Lutz’s Blog: It’s a family affair – The tired Vince McMahon storytelling device that is polluting WWE television

By Jeff Lutz, Staffer (@JLutz82)

I feel like I’ve gotten to know the family of Mike “The Miz” Mizanin a bit too well on WWE television over the last several months.

First it was Miz’s dad, lovingly dubbed Mr. Miz by WWE audiences, who received ample screen time as The Miz aimed to relate to enemy-turned-friend-turned enemy Shane McMahon and Shane’s own disapproving father. Now The Miz’s loved ones are again being used as storyline fodder in a rushed two-week rivalry with Bray Wyatt that culminated at Sunday night’s TLC pay-per-view.

There is some cross-promotion happening with the E! Show Miz and Mrs., and if The Miz’s was the only family-centric story being told on WWE TV, it might be more palatable. But it’s far from the only one, and WWE chairman Vince McMahon seems far too reliant upon bringing wrestlers’ families into stories that could just as effectively be told without them.

It’s important to note that families have been the focal point of some of WWE’s best programming for generations. Bret and Owen Hart, the McMahon family saga, and the Guerrero legacy including Eddie, Chavo, Vickie and others have provided drama and entertainment that many fans look back upon fondly. Even fictitious relationships such as those between “brothers” Kane and The Undertaker, as well as Edge and Christian, have compelled viewers for multiple story arcs over many years.

But at 74 and having long lived a sheltered lifestyle surrounded by the relatives that currently or used to help him run WWE, family now seems as if it’s the only thing McMahon can relate to, and it’s become a crutch for McMahon’s creative ideas, or lack thereof. Viewers may care about the personal lives of wrestlers, but not enough to see the amped-up (or completely fictitious) versions of them played out on TV week after week after week.

Some performers seem unable to escape the clutches of McMahon’s often one-dimensional presentation. Bobby Lashley is currently embroiled in an on-screen love triangle with real-life married couple Rusev and Lana, whose acting is testing my patience. Previously, Lashley and his character suffered through a story with Sami Zayn that included references to Lashley’s three sisters, which were ultimately portrayed by a trio of men.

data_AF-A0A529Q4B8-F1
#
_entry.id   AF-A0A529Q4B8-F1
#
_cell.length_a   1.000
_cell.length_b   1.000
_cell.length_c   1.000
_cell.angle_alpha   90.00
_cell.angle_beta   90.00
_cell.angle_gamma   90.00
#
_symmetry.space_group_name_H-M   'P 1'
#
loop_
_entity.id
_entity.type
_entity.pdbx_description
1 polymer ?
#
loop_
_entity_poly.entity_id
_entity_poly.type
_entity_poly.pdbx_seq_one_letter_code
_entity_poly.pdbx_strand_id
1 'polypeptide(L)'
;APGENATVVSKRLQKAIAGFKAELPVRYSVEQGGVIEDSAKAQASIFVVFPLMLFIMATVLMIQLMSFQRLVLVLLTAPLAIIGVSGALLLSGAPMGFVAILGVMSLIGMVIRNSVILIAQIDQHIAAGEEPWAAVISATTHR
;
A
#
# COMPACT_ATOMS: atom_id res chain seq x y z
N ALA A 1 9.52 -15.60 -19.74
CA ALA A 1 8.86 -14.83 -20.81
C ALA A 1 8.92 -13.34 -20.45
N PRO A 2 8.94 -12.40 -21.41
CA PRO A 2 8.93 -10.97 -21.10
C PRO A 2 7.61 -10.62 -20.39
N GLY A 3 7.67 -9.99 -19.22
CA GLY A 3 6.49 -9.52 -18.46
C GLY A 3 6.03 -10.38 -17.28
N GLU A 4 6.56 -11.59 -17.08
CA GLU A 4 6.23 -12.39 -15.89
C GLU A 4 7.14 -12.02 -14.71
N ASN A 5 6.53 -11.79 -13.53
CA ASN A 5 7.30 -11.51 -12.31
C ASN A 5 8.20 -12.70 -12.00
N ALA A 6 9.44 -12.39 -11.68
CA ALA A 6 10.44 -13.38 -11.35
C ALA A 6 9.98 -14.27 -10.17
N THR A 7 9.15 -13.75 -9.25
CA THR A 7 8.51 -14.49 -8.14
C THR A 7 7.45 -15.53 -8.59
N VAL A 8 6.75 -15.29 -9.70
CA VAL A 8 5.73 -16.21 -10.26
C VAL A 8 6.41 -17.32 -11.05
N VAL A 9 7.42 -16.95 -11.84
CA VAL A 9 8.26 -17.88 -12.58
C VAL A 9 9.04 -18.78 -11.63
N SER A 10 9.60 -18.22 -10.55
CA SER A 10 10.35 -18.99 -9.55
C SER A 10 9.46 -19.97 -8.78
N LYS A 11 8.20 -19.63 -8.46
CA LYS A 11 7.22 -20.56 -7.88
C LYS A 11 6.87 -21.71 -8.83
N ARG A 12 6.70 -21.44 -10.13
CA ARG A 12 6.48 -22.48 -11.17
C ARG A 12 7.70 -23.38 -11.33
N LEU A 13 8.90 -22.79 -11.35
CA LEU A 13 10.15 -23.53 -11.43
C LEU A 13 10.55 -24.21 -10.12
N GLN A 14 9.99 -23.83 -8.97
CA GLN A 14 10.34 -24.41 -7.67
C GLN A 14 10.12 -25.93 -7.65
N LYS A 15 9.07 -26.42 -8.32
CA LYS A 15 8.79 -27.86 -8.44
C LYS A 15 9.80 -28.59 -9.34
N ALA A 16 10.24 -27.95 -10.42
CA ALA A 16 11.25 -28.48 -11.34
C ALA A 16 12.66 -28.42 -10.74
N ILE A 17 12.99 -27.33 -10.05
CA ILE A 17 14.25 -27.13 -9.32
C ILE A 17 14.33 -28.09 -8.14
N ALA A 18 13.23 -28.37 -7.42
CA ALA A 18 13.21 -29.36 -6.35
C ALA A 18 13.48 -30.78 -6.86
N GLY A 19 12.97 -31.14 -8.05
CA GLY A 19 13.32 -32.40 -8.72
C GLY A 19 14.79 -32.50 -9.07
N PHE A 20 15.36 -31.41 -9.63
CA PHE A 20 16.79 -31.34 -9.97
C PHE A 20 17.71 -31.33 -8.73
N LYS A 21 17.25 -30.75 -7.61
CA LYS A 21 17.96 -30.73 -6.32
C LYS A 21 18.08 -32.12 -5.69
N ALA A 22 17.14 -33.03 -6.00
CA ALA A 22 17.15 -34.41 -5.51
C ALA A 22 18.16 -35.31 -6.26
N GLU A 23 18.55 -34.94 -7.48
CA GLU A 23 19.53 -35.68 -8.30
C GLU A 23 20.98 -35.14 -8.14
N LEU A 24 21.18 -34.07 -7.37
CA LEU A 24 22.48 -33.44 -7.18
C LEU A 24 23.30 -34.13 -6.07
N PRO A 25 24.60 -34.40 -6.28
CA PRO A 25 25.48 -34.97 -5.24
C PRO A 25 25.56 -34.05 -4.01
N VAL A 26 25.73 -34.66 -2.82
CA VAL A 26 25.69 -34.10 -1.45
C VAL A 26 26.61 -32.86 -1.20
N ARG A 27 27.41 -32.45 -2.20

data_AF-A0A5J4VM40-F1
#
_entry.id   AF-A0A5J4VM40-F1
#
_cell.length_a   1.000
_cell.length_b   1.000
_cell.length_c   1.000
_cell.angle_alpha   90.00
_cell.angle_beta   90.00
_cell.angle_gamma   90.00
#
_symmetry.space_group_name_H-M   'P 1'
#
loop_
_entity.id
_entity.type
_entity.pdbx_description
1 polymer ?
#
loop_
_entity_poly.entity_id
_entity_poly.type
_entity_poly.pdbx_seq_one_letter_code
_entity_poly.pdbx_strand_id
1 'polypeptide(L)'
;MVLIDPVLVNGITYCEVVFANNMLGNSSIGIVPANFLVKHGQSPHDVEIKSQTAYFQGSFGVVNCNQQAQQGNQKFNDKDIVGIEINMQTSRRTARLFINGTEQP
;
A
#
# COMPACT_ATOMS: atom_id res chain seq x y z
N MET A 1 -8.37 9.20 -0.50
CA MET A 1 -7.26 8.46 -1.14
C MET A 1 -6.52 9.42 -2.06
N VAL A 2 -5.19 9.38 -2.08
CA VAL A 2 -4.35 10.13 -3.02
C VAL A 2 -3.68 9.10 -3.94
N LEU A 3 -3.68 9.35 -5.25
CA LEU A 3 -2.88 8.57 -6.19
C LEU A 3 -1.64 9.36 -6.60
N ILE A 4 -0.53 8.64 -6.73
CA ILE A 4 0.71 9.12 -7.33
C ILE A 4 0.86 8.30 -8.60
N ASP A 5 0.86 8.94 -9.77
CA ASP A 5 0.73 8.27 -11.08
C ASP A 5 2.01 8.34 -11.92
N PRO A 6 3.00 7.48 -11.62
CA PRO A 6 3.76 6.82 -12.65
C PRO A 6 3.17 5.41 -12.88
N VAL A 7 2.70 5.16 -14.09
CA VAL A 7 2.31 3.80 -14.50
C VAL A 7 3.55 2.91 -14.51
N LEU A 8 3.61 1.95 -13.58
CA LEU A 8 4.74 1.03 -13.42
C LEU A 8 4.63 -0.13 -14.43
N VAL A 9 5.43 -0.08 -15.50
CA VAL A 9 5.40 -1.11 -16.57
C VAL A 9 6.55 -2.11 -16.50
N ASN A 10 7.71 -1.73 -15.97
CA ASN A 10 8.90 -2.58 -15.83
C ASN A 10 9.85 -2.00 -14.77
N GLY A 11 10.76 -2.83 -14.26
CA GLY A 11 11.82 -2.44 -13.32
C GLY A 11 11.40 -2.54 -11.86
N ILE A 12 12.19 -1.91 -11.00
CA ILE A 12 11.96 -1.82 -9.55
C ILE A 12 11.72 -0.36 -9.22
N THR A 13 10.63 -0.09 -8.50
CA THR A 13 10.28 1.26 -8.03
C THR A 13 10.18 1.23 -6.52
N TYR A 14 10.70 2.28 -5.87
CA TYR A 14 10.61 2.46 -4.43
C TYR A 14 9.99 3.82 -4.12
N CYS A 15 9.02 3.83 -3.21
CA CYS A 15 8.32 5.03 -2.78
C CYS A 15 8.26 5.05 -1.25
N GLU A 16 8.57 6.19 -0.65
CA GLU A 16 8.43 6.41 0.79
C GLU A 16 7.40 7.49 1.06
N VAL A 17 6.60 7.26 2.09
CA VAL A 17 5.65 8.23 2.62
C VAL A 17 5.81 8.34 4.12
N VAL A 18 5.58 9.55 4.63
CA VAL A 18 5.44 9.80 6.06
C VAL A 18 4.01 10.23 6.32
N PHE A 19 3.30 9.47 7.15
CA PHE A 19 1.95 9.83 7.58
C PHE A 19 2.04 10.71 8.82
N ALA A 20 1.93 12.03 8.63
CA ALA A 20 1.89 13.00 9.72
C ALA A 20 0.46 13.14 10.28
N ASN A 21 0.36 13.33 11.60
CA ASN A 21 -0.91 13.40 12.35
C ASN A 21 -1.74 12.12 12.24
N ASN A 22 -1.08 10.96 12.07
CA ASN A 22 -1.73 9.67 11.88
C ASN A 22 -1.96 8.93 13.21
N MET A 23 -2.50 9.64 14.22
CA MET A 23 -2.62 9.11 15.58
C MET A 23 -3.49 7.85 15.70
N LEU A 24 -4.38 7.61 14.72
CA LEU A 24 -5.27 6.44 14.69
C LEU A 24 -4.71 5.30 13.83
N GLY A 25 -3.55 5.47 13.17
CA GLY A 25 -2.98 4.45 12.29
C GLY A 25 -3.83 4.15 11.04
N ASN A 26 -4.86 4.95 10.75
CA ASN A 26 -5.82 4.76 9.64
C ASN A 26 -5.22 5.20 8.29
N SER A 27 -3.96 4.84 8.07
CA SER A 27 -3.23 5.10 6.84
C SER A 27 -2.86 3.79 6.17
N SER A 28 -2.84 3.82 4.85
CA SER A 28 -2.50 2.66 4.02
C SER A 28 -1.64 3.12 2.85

I’m ashamed of myself for remembering that.

The Miz, as previously mentioned, also rarely seems to avoid scripts that don’t include at least an allusion to his family. His quick buildup with Wyatt was directionless until Wyatt’s character made veiled threats to Miz’s family on Smackdown two weeks to go, further indicating exactly where McMahon’s mind goes whenever he needs to create friction between two characters.

An “I’m going to harm your wife and kids” story was between AJ Styles and Samoa Joe was barely over before WWE jumped right back into another one with The Miz and Wyatt. Bringing wrestlers’ families into these tales isn’t necessary for stars such as Styles, Samoa Joe, The Miz and even Rusev, who have enough verbal talents and connection with the audience to sell personal issues that have some depth, instead of the shallow stories hatched from the exhausted brain of Vince McMahon.

Speaking of kids, you might remember why Rey Mysterio’s character has such hatred for Brock Lesnar – because Lesnar beat up Mysterio’s kid, of course. How did WWE attempt to reintroduce Kevin Owens on television last winter before the rise of Kofi Kingston necessitated Owens’ heel turn? By making Owens into a family man who loves going out for pizza and bowling with his kids. How did WWE introduce heat between Drew McIntyre and Matt Hardy before their match last Monday? By scripting a line for McIntyre in which he took a shot at Hardy’s newborn.

It goes on and on … and on. Maria Kanellis can’t just be pregnant. She has to be pregnant by another male wrestler while she emasculates her husband, Mike Kanellis, for a story that has essentially spelled the end of Mike’s WWE career. Drake Maverick can’t have a fun side angle with his wife as he attempts to capture, keep, or recapture the 24/7 title, now Dana Brooke and Elias are involved and Maverick is an attempted philanderer. Even the harmless jokes turn aggravating.

There are enough brothers, mothers, sisters, and fathers on WWE television to make for an extremely volatile holiday dinner table. They’ve certainly made for repetitive and unimaginative television for the last several months and probably longer. In a vacuum, many of these stories could work. But when nearly every angle involves families, nothing stands out. I keep waiting for Owens’ character to be fueled against Seth Rollins by the love of his wife and kids.

It’s a unique era in WWE. Many performers are multi-generational stars and it seems as if more wrestlers are married to each other than at any other time in the company’s history. It’s OK to occasionally call upon those relationships to add color and real-life drama to angles. WWE, however, has zoomed right past occasionally into territory that makes everything on TV look the same. Families are great and easy to relate to, but I don’t need all of WWE’s families when I have my own.


Readers Comments (1)

  1. Good article. I totally agree about the stale storylines of bringing the families in.

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